Tesla Motors spokesman Ricardo Reyes has denied his company has delayed the release of the $35,000 Model 3 electric car. His statement, posted on Twitter, comes after the popular electric car blog insideevs.com pointed to a recent Tesla presentation claiming the company pushed the Model 3 release from 2017 to 2018.
Contrary to speculative blogger reports, we still plan to show Model 3 in 2016 and begin production in 2017.
â€” ricardo reyes (@ricardor) June 22, 2015
Vehicle releases dates are a touchy subject for Tesla Motors, because the Palo Alto, California, company isn’t profitable and likely won’t be for years as it sheds billions of dollars to hit an ambitious goal of selling 500,000 electric vehicles annually by 2020. The company recently secured a critical line of credit for up to $750 million to cover day-to-day operations.
Tesla is under immense pressure to meet deadlines. The Model X was delayed three times and is now expected out in the first half of next year. According to a June 15 presentation at a conference in Washington, D.C., the Model 3 is “planned for 2018.”
Insideevs.com says this is essentially a delay from a previously mentioned 2017 release date. The Wall Street Journal said in April the Model 3 was “due” in 2017. But that doesn’t make clear if the Tesla due date is for production or for delivery. Automakers typically announce release dates that imply when cars appear in dealerships. Tesla doesn't work with dealerships, so its delivery dates are closer to when cars start rolling off the company's Fremont, California, factory line.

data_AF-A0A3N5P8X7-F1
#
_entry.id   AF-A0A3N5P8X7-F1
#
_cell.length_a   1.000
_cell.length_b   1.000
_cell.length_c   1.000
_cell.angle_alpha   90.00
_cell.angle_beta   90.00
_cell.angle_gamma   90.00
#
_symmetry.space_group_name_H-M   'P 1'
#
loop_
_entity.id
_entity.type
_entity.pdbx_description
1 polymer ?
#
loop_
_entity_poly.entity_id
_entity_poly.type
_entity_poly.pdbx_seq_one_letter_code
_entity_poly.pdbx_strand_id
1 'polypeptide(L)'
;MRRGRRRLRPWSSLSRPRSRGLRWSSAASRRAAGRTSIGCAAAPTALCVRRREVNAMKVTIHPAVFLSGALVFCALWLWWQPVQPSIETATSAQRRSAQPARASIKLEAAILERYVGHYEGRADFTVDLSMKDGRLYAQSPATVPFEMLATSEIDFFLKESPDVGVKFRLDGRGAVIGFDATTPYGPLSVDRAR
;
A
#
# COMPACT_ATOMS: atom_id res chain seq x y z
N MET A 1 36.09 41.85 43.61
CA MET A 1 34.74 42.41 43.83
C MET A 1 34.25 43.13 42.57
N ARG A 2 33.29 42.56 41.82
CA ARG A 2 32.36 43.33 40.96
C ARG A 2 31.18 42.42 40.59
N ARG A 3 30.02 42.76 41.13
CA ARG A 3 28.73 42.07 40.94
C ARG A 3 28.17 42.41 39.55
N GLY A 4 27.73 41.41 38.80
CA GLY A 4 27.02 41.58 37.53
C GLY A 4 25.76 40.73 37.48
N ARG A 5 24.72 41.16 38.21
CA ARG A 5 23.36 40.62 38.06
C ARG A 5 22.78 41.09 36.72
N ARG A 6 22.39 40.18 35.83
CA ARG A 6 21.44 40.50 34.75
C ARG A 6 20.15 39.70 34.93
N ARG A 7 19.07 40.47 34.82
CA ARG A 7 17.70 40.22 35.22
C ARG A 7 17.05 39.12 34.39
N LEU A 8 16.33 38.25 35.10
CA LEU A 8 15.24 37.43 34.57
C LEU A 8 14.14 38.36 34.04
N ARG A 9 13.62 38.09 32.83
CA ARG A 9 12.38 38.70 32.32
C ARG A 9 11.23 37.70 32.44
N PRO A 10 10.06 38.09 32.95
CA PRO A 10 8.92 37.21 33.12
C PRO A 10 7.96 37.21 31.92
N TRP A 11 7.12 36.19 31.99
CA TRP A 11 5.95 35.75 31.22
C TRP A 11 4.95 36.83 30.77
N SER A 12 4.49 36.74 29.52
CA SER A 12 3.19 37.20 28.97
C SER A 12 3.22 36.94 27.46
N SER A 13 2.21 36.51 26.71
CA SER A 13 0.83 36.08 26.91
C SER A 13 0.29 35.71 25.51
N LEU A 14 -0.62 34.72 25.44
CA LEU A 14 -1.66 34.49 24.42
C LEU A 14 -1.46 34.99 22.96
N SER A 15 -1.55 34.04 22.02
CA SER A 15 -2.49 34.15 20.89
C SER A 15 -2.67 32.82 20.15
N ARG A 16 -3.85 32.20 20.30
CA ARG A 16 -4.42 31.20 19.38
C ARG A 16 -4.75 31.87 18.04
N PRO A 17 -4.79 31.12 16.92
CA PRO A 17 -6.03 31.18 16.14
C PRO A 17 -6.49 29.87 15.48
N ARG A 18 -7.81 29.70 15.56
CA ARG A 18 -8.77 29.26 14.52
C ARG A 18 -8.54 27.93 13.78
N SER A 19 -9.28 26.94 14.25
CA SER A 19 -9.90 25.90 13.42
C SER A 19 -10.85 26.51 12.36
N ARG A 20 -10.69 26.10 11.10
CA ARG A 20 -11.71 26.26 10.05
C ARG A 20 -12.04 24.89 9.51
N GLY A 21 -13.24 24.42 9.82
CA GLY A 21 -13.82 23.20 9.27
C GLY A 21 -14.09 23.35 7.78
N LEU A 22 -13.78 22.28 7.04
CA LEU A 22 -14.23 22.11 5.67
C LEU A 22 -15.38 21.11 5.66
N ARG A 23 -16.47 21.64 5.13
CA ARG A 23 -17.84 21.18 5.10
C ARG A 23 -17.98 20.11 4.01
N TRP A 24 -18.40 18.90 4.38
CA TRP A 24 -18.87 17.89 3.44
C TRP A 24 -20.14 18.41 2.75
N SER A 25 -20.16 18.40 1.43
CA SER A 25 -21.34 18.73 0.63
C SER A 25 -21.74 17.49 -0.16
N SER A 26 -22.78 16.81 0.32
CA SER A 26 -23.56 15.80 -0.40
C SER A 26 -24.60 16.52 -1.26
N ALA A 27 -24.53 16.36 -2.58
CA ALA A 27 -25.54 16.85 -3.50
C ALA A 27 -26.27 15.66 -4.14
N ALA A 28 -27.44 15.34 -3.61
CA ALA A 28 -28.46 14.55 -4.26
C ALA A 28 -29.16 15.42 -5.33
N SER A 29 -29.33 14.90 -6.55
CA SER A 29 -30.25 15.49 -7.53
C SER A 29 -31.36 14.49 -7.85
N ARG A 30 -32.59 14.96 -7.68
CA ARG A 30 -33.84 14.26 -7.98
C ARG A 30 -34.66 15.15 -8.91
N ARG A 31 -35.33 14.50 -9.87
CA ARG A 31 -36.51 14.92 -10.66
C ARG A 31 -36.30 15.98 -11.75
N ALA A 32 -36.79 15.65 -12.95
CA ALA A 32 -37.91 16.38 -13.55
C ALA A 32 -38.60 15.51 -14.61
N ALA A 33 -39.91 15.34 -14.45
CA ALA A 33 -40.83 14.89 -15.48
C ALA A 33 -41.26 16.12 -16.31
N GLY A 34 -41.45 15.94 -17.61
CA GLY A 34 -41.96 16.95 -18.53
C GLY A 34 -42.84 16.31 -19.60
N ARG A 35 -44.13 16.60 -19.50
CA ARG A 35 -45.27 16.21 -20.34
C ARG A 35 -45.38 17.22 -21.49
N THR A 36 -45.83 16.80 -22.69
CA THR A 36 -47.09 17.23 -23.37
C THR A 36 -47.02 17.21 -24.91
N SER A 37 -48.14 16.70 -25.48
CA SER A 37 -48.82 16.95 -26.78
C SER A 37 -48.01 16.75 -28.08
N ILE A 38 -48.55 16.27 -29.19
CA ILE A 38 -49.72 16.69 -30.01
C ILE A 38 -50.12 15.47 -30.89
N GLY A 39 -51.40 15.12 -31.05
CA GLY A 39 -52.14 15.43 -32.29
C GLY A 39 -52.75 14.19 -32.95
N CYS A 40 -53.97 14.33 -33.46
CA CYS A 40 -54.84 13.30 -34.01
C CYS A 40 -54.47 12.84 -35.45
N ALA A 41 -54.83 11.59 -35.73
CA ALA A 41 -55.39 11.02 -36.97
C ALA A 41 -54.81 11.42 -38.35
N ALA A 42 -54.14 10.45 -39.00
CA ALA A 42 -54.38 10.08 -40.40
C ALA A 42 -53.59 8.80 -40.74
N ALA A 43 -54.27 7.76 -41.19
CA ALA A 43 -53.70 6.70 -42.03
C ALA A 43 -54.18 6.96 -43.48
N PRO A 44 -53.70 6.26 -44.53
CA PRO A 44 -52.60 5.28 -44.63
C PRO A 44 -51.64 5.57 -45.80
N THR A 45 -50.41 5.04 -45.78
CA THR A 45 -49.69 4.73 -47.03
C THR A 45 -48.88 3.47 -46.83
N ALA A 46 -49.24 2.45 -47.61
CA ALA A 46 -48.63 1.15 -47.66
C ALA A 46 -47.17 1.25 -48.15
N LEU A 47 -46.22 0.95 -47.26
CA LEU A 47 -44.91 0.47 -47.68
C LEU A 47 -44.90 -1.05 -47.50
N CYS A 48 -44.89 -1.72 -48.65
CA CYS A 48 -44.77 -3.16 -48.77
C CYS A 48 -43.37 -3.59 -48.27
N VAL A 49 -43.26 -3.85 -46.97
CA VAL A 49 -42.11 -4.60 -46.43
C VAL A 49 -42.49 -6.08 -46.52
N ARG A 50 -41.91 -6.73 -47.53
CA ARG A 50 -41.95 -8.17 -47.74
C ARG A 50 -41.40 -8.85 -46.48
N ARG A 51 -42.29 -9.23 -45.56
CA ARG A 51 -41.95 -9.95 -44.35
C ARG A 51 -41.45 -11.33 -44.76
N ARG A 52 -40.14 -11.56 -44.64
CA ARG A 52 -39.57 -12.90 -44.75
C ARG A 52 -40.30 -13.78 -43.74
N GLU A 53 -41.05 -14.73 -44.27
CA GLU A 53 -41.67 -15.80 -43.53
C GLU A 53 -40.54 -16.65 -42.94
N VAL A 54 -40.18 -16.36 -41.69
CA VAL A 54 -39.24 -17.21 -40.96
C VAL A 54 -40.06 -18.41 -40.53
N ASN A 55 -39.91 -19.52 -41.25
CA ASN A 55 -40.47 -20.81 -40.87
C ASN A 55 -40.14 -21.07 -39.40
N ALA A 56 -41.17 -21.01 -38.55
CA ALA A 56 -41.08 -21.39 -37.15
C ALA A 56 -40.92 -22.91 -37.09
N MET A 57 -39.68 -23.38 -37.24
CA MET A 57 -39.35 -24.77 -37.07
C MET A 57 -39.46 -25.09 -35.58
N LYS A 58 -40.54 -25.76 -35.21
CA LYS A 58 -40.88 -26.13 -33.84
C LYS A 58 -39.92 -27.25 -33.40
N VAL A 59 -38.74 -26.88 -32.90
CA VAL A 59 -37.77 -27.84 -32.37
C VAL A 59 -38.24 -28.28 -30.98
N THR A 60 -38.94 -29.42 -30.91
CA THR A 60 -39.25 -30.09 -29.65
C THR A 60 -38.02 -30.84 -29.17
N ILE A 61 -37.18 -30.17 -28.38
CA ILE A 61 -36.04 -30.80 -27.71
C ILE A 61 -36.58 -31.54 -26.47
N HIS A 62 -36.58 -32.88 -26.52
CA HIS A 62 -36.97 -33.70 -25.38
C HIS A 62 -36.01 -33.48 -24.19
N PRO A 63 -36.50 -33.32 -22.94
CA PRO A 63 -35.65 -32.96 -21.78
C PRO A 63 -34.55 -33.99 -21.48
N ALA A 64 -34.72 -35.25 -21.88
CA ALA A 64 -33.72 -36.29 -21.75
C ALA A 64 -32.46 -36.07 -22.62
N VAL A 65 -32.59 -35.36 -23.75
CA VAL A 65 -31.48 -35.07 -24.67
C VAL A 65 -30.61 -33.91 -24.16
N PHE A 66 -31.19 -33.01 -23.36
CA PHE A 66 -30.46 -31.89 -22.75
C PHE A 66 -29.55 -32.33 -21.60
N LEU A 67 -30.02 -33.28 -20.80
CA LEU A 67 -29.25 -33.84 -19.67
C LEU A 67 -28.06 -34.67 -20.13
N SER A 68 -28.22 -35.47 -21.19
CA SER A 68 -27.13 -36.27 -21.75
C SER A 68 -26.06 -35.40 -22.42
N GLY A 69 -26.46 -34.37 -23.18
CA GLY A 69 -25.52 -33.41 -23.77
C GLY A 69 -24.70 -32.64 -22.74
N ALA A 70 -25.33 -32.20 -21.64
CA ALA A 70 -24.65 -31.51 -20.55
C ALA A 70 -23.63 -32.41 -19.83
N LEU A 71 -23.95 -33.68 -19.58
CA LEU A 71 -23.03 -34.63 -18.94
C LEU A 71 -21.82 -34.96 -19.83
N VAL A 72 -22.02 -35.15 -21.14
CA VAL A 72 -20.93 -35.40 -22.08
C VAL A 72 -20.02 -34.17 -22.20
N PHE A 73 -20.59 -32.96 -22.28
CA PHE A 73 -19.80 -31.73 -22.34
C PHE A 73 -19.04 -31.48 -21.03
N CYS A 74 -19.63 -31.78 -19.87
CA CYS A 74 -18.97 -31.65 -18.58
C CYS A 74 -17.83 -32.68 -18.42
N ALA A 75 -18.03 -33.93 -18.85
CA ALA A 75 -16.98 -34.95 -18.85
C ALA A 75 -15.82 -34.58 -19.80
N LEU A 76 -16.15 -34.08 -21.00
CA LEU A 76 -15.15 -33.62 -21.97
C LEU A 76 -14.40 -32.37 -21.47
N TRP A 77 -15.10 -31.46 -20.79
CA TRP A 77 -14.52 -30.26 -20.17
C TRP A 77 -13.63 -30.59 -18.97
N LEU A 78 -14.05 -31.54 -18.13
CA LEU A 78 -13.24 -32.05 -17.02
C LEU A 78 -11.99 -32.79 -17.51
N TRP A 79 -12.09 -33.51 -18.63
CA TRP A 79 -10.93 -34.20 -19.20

“We are hoping to show off the Model 3 in approximately March of next year . Again, like, don't hold me to that month, but that's, like – that's our aspiration,” Tesla Motors CEO Elon Musk told analysts. “And that's – and then be in production with Model 3 in the, I'd like to say mid, but probably closer to late 2017 time frame. Late 2017 is probably more realistic.”
If the Model 3 begins production in December of next year, it will likely see its first deliveries in 2018. Last year, the company said about 1,400 Model S sedans were produced in December and delivered in January because of weather and shipping delays and because some customers weren't home during the Christmas break.
The news of the alleged delay hasn’t had much of an impact on the company’s share price. Though Tesla’s stock price was down 0.8 percent to $260.41 on Monday, the shares are up 4 percent since the June 15 presentation and up nearly 12 percent since the May 22 conference call when Musk announced the Model 3 production date.